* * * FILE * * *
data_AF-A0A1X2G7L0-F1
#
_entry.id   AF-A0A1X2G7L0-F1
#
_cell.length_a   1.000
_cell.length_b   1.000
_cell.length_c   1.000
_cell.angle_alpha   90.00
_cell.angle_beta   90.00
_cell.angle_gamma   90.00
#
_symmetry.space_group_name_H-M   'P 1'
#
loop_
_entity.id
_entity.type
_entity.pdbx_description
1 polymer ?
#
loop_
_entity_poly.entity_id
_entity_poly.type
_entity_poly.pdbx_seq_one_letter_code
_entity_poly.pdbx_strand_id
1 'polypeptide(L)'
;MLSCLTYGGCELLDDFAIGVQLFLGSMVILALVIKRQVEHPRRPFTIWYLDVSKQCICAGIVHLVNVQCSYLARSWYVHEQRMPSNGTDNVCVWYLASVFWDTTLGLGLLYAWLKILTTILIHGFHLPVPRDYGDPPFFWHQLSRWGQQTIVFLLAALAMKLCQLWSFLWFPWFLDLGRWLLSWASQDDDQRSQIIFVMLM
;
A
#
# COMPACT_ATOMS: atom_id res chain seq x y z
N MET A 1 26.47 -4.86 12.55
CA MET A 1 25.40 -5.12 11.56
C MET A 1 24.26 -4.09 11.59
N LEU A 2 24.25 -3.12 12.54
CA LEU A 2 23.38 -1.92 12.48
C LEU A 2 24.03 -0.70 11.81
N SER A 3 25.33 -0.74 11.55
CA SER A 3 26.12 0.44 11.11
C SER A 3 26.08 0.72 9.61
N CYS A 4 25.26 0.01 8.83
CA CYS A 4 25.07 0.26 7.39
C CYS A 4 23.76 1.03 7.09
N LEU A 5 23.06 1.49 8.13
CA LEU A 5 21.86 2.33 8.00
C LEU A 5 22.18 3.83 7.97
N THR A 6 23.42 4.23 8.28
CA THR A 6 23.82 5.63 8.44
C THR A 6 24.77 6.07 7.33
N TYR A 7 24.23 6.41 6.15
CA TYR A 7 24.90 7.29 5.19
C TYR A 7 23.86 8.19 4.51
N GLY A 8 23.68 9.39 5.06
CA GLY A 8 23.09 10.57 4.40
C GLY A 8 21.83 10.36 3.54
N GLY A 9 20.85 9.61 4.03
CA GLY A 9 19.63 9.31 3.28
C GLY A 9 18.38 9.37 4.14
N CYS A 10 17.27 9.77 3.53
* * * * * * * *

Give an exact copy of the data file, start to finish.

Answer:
data_AF-A0A1X2G7L0-F1
#
_entry.id   AF-A0A1X2G7L0-F1
#
_cell.length_a   1.000
_cell.length_b   1.000
_cell.length_c   1.000
_cell.angle_alpha   90.00
_cell.angle_beta   90.00
_cell.angle_gamma   90.00
#
_symmetry.space_group_name_H-M   'P 1'
#
loop_
_entity.id
_entity.type
_entity.pdbx_description
1 polymer ?
#
loop_
_entity_poly.entity_id
_entity_poly.type
_entity_poly.pdbx_seq_one_letter_code
_entity_poly.pdbx_strand_id
1 'polypeptide(L)'
;MLSCLTYGGCELLDDFAIGVQLFLGSMVILALVIKRQVEHPRRPFTIWYLDVSKQCICAGIVHLVNVQCSYLARSWYVHEQRMPSNGTDNVCVWYLASVFWDTTLGLGLLYAWLKILTTILIHGFHLPVPRDYGDPPFFWHQLSRWGQQTIVFLLAALAMKLCQLWSFLWFPWFLDLGRWLLSWASQDDDQRSQIIFVMLM
;
A
#
# COMPACT_ATOMS: atom_id res chain seq x y z
N MET A 1 26.47 -4.86 12.55
CA MET A 1 25.40 -5.12 11.56
C MET A 1 24.26 -4.09 11.59
N LEU A 2 24.25 -3.12 12.54
CA LEU A 2 23.38 -1.92 12.48
C LEU A 2 24.03 -0.70 11.81
N SER A 3 25.33 -0.74 11.55
CA SER A 3 26.12 0.44 11.11
C SER A 3 26.08 0.72 9.61
N CYS A 4 25.26 0.01 8.83
CA CYS A 4 25.07 0.26 7.39
C CYS A 4 23.76 1.03 7.09
N LEU A 5 23.06 1.49 8.13
CA LEU A 5 21.86 2.33 8.00
C LEU A 5 22.18 3.83 7.97
N THR A 6 23.42 4.23 8.28
CA THR A 6 23.82 5.63 8.44
C THR A 6 24.77 6.07 7.33
N TYR A 7 24.23 6.41 6.15
CA TYR A 7 24.90 7.29 5.19
C TYR A 7 23.86 8.19 4.51
N GLY A 8 23.68 9.39 5.06
CA GLY A 8 23.09 10.57 4.40
C GLY A 8 21.83 10.36 3.54
N GLY A 9 20.85 9.61 4.03
CA GLY A 9 19.63 9.31 3.28
C GLY A 9 18.38 9.37 4.14
N CYS A 10 17.27 9.77 3.53